TMD (OMIM 600334): Tibial Muscular Dystrophy is an autosomal dominant late-onset distal myopathy first described in Finnish patients (Udd et al. 1991, Udd et al. 1993). In TMD, weakness and atrophy are usually confined to the anterior compartment of the lower leg, in particular the tibialis anterior muscle. Generally clinical symptoms occur at age 35-45y or later. Cardiomyopathy has not been diagnosed in TMD patients. TMD linkage in the Finnish families (prevalence 16/100,000) was found to a 1 cM region on chromosome 2q31, between markers D2S2173 and D2S2310 (Haravuori et al. 1998). All Finnish patients carry a common haplotype, indicating a single ancestral founder mutation. Linkage to 2q31 was confirmed in a French TMD family showing another haplotype (de Seze et al. 1998). Mutations in the TTN gene for both these families were described recently by Hackman et al. (2002).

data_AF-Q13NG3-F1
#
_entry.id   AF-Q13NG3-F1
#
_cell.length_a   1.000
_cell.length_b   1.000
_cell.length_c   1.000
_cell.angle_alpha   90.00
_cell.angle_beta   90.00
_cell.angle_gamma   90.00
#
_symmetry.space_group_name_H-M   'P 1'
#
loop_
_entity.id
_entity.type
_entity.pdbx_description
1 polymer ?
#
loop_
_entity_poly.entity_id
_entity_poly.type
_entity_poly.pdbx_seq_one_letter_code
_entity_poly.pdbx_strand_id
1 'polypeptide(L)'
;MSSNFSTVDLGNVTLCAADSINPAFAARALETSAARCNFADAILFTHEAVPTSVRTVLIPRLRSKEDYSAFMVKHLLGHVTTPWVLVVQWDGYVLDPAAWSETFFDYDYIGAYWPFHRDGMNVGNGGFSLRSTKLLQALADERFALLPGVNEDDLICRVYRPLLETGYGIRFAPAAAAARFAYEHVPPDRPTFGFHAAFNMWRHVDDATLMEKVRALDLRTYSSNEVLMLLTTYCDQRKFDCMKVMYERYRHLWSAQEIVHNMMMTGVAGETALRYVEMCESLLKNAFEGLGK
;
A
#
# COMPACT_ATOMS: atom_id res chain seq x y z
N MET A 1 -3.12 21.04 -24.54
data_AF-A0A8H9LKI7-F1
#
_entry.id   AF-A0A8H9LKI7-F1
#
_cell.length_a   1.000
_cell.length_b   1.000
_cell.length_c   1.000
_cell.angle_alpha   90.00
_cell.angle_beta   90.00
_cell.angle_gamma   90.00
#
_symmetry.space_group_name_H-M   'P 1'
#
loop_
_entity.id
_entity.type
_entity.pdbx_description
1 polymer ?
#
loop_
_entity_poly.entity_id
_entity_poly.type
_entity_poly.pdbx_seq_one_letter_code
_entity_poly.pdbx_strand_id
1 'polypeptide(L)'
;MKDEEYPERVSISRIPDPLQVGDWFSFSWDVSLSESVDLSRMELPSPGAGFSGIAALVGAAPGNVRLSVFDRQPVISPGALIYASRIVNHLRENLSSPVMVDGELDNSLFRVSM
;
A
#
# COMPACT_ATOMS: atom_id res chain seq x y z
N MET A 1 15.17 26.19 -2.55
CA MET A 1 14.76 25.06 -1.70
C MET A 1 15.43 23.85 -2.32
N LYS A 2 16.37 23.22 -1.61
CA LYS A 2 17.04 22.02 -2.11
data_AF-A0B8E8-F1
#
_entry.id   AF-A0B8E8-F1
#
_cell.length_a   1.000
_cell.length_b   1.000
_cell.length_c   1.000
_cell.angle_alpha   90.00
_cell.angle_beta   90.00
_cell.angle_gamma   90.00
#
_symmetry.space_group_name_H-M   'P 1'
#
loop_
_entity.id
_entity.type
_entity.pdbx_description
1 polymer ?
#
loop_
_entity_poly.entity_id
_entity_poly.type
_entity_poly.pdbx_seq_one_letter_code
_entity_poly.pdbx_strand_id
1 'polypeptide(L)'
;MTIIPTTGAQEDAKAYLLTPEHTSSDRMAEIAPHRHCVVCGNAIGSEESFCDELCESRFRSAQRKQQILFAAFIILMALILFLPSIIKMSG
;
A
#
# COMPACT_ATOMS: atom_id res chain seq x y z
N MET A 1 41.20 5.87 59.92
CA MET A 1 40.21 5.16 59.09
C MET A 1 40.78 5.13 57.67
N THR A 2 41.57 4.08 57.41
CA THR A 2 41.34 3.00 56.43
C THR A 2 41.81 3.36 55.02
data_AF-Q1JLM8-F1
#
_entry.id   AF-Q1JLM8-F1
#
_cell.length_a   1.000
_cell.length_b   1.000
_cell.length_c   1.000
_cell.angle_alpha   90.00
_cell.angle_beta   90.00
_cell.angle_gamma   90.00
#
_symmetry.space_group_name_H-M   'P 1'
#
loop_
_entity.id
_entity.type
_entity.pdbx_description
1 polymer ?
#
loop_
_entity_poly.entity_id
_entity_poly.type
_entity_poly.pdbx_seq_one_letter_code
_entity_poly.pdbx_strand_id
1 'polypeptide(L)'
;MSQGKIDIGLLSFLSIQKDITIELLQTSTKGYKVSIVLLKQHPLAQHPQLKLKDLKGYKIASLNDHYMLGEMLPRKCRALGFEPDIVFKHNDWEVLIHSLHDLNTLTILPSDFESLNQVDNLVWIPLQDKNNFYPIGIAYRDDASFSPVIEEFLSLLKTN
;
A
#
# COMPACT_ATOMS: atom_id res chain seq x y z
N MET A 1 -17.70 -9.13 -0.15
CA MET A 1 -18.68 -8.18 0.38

LGMD-2J (OMIM 608807): Haravuori et al. 1998 identified three patients with a more severe childhood-onset limb-girdle muscular dystrophy (LGMD-2J) phenotype that were homozygous for the Finish TMD haplotype. Hackman et al. (2002) confirmed the presence of a homozygous Finish mutation, an 11 bp deletion/insertion in the last exon (exon 363) of the TTN gene.
Titin sequence variations (mutations and polymorphisms)
Exons 1-17 (Satoh 1999)
| Top of page | LMDp homepage
| Muscular dystrophies |
| Remarks / information | Copyright©, liability |